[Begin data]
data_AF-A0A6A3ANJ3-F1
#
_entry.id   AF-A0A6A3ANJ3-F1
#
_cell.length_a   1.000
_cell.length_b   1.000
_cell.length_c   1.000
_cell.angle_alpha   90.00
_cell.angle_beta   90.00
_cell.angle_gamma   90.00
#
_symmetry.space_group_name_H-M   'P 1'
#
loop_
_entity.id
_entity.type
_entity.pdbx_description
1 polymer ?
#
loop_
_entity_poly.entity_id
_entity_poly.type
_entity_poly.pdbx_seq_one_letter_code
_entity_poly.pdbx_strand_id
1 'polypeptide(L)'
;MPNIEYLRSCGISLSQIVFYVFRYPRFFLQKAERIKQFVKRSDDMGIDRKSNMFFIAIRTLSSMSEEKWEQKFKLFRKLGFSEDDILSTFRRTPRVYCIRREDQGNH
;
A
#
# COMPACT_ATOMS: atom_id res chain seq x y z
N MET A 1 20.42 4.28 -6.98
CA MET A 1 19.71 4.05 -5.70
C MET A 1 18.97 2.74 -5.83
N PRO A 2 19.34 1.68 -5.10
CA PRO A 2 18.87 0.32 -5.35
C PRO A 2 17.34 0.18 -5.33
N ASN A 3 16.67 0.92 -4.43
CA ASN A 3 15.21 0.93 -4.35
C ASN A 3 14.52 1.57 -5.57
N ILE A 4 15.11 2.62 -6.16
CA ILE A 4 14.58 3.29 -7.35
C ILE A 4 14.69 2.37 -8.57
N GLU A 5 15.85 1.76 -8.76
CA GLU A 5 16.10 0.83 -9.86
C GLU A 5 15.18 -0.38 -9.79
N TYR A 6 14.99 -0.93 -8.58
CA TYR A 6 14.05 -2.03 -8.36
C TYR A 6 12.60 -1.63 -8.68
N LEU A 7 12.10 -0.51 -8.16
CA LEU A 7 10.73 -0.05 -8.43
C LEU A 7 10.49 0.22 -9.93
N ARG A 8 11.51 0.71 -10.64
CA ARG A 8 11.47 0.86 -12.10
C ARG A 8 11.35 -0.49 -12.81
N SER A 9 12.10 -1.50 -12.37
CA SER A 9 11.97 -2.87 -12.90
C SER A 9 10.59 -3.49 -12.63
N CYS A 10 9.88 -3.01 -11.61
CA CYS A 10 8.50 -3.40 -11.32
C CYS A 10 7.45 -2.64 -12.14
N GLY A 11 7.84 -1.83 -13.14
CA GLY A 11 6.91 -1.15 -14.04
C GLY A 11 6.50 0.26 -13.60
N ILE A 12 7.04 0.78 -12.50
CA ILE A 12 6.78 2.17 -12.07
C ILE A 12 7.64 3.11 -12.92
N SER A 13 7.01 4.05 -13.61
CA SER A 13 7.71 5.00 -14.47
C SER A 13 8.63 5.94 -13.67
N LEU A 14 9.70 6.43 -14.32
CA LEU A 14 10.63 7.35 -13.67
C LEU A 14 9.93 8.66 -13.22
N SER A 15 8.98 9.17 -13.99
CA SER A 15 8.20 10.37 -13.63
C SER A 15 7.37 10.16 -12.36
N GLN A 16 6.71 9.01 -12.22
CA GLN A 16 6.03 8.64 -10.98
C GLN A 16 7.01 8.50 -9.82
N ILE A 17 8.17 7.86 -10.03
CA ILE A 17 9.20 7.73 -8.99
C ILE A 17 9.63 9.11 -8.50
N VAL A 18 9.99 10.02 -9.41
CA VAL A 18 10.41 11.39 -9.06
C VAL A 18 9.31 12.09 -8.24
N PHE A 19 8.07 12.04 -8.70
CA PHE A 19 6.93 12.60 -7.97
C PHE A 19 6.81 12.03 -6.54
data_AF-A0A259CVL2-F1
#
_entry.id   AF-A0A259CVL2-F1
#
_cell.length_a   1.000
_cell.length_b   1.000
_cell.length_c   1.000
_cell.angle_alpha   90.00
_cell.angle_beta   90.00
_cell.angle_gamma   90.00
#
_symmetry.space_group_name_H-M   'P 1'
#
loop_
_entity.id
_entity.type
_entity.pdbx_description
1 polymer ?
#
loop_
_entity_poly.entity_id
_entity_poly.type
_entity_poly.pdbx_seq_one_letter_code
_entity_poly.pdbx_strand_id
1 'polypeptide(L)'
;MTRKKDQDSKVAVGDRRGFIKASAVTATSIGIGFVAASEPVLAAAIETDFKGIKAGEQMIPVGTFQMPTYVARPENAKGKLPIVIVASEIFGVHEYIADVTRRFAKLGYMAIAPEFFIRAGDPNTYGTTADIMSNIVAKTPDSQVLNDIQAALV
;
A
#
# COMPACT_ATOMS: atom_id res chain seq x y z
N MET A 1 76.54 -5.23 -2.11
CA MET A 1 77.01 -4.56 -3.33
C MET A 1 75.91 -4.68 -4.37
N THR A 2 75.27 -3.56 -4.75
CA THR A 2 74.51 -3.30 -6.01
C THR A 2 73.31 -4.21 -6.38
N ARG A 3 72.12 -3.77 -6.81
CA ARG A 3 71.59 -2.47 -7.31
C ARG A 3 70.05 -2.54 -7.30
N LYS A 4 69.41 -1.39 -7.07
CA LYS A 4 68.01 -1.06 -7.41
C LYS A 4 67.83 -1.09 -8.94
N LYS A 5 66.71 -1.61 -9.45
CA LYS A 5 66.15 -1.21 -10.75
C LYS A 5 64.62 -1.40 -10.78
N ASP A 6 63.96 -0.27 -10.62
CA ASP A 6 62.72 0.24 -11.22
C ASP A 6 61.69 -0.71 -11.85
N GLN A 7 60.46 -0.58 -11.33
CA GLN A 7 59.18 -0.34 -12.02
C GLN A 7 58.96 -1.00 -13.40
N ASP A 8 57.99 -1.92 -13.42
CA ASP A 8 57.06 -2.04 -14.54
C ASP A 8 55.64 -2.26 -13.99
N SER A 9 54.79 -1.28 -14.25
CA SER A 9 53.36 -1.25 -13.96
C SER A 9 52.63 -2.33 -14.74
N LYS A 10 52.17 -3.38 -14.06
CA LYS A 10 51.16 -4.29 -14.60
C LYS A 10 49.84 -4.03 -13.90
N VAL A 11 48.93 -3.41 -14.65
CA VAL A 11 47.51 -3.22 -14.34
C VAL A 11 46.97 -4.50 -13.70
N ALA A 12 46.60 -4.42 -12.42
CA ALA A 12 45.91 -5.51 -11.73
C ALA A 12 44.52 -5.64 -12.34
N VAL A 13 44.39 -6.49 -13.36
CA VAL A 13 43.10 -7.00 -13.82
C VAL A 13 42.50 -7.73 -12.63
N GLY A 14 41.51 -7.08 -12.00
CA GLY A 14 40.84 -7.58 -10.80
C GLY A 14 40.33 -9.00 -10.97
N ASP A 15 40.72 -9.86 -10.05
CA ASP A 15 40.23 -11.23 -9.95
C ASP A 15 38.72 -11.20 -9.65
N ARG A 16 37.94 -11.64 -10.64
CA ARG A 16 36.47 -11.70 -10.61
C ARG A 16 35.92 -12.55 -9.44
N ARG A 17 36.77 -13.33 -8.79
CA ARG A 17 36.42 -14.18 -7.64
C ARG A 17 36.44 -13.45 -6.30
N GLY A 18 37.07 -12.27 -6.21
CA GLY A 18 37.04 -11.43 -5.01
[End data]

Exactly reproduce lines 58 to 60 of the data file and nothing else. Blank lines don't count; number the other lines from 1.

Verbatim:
N CYS A 10 9.88 -3.01 -11.61
CA CYS A 10 8.50 -3.40 -11.32
C CYS A 10 7.45 -2.64 -12.14